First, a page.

February 6, 2023

The Queens County Citizen

Complete Canadian News World

The overpass is too short for regular fire trucks

The overpass is too short for regular fire trucks

The city of Terrebonne had to shop all the way to Minnesota to find a free-access fire truck for a sector of its territory with a highway bridge problem.

The questionable sector of Île Saint-Jean in the Rivière des Mille-Îles, with a maximum height of 13 feet under the Highway 25 bridge, slowed firefighters’ work as every minute counted during the fire.

“In Quebec I’ve seen fire trucks stick ladders under overpasses and completely destroy a ladder park. [ensemble du système échelle]”We met the new truck under the Ile Saint-Jean overpass,” explained Sylvain Dufresne, Director of the Terrebonne Fire Department (SSIT).

“Hitting the overpass would cost about $125,000 in damage,” he said.

And it can take 6 to 9 months to repair a ladder, Mr. According to Dufresne, this translates into fewer vehicles answering 2,000 calls a year in a city.

“Usually, overpasses are a little higher than that, the fire department director underlined. with a [modèle] Oath, it is necessary […] to come down [la nacelle] And that compromised the driver’s visibility.”

And, he noted, “the fire truck is still swinging.” “When the driver drives at a very low speed the nacelle moves slightly, so it can hit the viaduct.”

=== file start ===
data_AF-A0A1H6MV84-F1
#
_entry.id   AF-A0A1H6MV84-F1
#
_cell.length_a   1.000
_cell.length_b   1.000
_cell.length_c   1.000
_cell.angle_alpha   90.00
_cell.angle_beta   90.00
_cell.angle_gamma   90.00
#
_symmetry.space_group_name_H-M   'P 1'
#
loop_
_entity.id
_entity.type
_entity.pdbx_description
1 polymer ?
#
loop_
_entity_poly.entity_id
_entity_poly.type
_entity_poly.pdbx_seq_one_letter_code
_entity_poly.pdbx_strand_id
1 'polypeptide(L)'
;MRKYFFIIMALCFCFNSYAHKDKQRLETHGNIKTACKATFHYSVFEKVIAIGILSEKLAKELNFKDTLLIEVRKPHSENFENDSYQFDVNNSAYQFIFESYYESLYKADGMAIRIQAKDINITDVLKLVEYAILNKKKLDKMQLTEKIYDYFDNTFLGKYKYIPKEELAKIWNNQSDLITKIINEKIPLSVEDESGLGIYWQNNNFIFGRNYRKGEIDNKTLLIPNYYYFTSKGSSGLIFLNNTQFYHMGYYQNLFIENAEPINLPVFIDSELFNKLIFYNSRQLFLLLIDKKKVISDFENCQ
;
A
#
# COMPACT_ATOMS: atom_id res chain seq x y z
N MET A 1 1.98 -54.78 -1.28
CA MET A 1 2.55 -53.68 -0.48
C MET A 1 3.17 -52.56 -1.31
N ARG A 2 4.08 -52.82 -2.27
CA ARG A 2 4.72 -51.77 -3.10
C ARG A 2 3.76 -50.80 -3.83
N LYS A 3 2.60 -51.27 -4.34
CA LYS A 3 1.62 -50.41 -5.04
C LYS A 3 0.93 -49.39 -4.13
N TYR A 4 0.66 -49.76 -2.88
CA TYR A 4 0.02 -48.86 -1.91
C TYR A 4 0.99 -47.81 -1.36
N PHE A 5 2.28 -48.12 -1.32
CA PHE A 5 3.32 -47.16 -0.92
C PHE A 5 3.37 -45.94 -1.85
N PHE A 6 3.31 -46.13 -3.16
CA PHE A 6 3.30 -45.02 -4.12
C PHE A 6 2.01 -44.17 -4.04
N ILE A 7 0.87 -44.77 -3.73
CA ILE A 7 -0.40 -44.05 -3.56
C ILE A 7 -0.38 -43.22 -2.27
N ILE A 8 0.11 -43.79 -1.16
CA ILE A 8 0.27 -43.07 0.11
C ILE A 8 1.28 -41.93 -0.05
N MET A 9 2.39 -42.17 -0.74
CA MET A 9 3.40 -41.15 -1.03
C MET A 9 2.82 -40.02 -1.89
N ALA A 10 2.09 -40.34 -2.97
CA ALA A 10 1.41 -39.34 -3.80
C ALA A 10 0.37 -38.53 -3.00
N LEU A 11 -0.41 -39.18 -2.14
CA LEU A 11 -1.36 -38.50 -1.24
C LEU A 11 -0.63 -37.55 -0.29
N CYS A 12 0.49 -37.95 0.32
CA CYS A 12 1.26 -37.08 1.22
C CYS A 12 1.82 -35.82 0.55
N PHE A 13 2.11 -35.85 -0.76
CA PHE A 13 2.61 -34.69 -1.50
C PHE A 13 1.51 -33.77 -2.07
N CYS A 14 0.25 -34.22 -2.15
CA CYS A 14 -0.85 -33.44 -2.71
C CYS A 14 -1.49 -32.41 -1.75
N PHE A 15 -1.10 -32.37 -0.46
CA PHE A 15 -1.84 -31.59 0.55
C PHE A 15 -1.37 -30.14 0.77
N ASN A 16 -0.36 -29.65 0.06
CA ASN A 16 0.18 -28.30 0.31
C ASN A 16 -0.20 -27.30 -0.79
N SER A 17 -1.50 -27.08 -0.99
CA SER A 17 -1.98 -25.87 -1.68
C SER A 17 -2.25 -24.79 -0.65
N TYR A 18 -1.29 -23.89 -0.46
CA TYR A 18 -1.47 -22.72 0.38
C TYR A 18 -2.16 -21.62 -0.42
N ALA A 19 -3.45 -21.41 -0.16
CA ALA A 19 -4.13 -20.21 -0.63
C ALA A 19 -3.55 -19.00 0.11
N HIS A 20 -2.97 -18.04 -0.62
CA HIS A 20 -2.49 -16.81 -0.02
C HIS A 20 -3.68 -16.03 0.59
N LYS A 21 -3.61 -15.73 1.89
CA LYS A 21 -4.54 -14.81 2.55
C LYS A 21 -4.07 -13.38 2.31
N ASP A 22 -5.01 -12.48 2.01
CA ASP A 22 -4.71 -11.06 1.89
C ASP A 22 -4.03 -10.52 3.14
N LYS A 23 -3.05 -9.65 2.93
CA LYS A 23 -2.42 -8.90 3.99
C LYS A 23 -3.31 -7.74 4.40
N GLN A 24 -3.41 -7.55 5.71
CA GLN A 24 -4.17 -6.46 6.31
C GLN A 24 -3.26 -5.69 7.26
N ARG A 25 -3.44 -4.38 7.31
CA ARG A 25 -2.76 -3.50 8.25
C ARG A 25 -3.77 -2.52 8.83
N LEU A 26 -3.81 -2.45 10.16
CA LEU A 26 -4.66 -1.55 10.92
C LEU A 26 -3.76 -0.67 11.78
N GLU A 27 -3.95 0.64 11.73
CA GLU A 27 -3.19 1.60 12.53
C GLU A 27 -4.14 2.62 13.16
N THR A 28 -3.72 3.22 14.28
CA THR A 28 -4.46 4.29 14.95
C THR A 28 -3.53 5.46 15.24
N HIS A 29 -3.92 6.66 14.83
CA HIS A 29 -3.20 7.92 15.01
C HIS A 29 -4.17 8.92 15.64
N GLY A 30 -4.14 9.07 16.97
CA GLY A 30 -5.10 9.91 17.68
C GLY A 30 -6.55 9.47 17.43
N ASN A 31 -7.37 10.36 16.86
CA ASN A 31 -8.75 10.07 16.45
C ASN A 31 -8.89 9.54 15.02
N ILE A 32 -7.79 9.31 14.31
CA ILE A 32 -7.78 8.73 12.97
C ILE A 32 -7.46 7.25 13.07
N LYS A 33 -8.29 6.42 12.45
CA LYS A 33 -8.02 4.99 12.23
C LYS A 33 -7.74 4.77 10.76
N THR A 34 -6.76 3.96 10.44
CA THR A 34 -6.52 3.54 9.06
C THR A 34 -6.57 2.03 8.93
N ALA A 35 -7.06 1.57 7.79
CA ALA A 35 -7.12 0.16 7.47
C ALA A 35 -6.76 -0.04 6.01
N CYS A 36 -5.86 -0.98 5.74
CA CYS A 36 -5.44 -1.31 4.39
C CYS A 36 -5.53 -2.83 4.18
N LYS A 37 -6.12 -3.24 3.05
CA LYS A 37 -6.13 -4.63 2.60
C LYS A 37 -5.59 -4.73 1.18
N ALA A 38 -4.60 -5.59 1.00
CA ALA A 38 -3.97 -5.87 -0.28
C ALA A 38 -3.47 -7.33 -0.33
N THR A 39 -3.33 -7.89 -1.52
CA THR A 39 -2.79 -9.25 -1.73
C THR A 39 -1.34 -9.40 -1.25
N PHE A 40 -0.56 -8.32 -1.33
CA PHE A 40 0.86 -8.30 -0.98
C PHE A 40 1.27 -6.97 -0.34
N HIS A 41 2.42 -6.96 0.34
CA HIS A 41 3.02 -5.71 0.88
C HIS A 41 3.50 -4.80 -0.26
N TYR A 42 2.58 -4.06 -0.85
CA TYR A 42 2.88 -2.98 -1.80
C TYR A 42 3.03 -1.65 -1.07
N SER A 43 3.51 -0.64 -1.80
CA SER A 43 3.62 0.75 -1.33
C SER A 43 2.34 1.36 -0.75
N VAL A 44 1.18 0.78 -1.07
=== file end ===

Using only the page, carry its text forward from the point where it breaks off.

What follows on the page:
Mr. According to Dufresne, it is still possible to access the Île Saint-Jean sector with a normal truck, “but you have to go through Laval to return to our territory”.

SSIT recently acquired a ladder truck from manufacturer Rosenbauer with a low-profile platform that provides an additional 8 inches of maneuverability for the vehicle and its equipment.

According to Mr. Dufresne, the purchase of such a truck is the first in Canada.

“A low profile, something I’ve never seen in my 32-year career, he told us. I think it’s a product that meets the realities of fire services in Quebec.”

To handle this acquisition, SSIT sent a team to Minnesota to the American subsidiary of Austrian fire truck manufacturer Rosenbauer. In addition to the low-profile truck, the department purchased three other trucks from this company for a total of $5.1 million.

In addition, SSIT is currently inviting tenders for a new pumper to be delivered in 2025 to replace the aging equipment.